Wednesday, April 13, 2011

SFA: Another Day of Scottish Football Gloom

Howls of anguish yesterday as Scotland witnessed an outrageous miscarriage of justice.

Of course we didn't.

Rather we saw three men who should have known better treated leniently by the Scottish Football Association.

Rangers players El-Hadji Diouf and Madjid Bougherra were given fines following their red cards in the Scottish Cup replay at Celtic Park. Both players were warned over their future conduct and, in the unlikely event that they are in Scotland next season, will serve their automatic Scottish Cup suspensions.

Ally McCoist, involved in a spat with Neil Lennon, had his automatic two game suspension wiped out.

Bring on the outrage.

Paul McBride QC, who has represented Neil Lennon this season, led the assault on the SFA:

"The SFA are tonight officially the laughing stock of world football and they have been shown to be not merely dysfunctional and not merely dishonest but biased."

Damning stuff. He's wrong about us being the laughing stock of world football. World football doesn't care. That's a problem. But not one that need detain us here.

The three decisions handed down today involved no bending of SFA rules. The disciplinary committee acted within their rights, within the scope of the SFA's needlessly woolly rules.

Nor did the decisions leave Neil Lennon as the fall guy in the whole affair. Faced with the same charge as McCoist, Lennon chose not to appeal. Instead, and here they probably did the Scottish game a favour, McBride and Lennon made the decision to accept the ban and point out a flaw in the SFA's own rules about the serving of suspensions.

But in doing so they accepted a blame that McCoist chose to fight. Had they done the same they might have been in the position of proving by direct comparison that there are different rules for different clubs. They chose not to.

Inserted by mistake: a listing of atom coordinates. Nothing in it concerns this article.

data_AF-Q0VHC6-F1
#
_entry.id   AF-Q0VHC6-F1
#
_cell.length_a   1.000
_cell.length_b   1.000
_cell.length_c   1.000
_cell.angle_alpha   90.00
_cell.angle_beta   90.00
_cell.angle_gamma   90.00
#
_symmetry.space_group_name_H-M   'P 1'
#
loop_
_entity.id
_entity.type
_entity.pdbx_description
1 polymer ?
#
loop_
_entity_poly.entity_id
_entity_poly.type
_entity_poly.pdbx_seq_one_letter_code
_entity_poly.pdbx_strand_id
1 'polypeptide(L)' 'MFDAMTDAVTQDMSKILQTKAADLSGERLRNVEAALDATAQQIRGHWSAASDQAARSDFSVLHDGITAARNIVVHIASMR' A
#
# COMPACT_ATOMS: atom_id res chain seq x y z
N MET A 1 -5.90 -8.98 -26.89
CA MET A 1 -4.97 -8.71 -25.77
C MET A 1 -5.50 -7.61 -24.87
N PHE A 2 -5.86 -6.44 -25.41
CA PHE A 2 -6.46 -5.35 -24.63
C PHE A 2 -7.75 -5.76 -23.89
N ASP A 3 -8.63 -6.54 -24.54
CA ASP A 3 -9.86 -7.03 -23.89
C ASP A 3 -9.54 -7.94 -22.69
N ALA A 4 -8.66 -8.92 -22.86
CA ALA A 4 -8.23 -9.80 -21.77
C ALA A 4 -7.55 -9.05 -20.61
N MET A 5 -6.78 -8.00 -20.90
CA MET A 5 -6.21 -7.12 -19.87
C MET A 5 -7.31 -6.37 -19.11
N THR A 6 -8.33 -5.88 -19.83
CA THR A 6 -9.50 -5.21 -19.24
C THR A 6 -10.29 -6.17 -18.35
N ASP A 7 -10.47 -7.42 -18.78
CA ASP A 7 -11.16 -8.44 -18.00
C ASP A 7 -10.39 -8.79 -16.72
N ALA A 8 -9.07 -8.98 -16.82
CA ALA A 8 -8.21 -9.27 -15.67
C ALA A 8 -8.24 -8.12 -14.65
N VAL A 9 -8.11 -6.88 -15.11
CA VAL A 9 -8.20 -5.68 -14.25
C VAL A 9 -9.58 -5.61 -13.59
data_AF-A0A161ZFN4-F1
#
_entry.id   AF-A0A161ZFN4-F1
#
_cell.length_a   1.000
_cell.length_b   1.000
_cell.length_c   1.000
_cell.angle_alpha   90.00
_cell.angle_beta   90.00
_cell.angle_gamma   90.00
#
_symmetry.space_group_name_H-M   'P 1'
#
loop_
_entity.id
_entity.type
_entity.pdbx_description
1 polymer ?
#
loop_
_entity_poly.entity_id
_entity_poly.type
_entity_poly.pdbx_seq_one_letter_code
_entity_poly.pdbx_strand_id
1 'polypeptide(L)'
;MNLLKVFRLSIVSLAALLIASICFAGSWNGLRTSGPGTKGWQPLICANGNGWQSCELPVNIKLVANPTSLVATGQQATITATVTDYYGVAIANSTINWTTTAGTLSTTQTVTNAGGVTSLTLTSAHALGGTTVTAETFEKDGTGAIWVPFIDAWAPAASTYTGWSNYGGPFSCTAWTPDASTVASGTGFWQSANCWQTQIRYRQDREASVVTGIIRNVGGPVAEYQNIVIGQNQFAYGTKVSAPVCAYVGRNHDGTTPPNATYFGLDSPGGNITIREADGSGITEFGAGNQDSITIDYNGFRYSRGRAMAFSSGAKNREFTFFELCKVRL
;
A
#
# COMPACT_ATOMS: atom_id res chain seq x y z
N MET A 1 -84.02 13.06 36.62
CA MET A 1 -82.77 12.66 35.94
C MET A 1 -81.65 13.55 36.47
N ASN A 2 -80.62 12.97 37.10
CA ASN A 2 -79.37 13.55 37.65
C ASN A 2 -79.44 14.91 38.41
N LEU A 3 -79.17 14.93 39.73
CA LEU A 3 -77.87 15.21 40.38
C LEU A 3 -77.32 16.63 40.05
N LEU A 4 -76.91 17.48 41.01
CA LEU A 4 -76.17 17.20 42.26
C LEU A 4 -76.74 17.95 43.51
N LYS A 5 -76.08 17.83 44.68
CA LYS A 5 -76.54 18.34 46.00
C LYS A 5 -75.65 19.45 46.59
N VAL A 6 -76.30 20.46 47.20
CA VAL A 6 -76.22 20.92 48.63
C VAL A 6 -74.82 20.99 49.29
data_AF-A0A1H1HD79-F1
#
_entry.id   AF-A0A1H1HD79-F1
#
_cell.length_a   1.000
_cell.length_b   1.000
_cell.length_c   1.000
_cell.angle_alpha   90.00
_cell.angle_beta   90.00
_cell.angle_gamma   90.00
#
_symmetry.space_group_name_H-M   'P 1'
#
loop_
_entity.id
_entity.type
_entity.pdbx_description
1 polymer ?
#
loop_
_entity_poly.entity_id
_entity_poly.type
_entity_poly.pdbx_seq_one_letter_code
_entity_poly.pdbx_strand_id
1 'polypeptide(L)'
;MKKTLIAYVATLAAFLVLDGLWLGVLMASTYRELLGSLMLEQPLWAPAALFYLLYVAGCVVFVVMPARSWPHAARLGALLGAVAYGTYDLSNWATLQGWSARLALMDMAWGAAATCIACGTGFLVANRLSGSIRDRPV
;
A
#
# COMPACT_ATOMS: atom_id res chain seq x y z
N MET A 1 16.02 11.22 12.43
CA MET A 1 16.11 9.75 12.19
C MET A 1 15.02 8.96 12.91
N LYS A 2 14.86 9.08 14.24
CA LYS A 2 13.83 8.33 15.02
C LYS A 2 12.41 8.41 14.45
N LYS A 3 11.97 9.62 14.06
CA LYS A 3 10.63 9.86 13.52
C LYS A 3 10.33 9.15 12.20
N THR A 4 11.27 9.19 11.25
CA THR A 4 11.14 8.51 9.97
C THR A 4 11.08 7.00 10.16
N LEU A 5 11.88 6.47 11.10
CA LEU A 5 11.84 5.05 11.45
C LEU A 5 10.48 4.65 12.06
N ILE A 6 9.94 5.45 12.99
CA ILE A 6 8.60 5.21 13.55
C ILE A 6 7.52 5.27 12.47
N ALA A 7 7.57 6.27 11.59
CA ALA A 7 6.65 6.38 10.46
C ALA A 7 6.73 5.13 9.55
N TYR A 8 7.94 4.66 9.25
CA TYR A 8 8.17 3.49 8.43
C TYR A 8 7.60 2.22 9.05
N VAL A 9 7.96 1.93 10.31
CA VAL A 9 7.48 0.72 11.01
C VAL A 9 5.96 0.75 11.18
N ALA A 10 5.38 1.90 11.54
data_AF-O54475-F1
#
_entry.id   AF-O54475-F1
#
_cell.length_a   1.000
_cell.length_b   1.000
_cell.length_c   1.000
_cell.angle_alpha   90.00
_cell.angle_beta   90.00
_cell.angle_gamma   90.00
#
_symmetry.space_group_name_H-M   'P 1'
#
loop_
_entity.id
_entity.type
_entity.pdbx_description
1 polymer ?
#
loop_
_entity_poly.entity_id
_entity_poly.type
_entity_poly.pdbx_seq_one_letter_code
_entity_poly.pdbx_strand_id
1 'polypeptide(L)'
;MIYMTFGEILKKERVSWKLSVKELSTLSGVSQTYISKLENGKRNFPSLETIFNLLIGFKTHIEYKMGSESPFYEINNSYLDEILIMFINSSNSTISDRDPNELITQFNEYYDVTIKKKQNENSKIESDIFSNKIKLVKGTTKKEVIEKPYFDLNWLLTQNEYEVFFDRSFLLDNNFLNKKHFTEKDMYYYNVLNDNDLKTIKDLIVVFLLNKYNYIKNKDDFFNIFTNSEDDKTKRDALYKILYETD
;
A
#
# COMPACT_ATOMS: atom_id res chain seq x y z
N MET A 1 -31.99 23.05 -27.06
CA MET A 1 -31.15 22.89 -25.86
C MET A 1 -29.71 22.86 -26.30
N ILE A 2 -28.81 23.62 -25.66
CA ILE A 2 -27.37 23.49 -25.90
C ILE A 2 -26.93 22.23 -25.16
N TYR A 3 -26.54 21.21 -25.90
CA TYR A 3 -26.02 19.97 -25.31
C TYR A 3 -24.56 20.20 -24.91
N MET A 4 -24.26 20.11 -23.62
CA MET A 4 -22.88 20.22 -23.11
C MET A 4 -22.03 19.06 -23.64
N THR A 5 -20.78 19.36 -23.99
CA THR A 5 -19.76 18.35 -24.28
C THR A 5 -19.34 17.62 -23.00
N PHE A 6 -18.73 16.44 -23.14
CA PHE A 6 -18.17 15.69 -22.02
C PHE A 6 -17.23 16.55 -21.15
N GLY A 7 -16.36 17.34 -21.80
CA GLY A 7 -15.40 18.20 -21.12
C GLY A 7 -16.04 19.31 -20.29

In light of the fall out from that game, in a season where we've had the remarkable experience of our referees refusing to officiate at games, we might have expected the SFA to exercise a firmer hand on the Rangers trio.

That didn't happen.


McBride, and he's not alone among Celtic supporters or supporters of clubs throughout the land, suggests dishonesty and bias.

There have been incidents of dishonesty this season, that much is undeniable.

Bias - widespread, institutional bias - is more difficult to measure. It is, I suspect, an easier claim to make on the BBC than it is to prove in a court of law.

The problem the SFA have is their own incompetence.

When an organisation is so shambolic, so riddled with errors and misjudgements, so arrogant in their silent refusal to explain decisions, it doesn't take an eminent lawyer to point to inconsistencies and it doesn't take a particularly conspiratorial mind to join the dots and cry "bias."

And the problem with "dysfunctional" amateurs is that the more you point out that they are "dysfunctional" amateurs the more likely they are to make dysfunctionally amateur decisions just to spite you.

Which in turn makes it easier to accuse them of bias.

And thus does the self perpetuating stench of Scottish football engulf us all, the game slowly suffocating in a smog of mismanagement, accusations and bloody mindedness.

I suspect we saw all of that yesterday. The most depressing thing is that none of this is anything new.

What I don't see, what we need to see, is a way to move the game forward.

I don't see it in the smiling arrogance of Diouf and Bougherra as they left Hampden.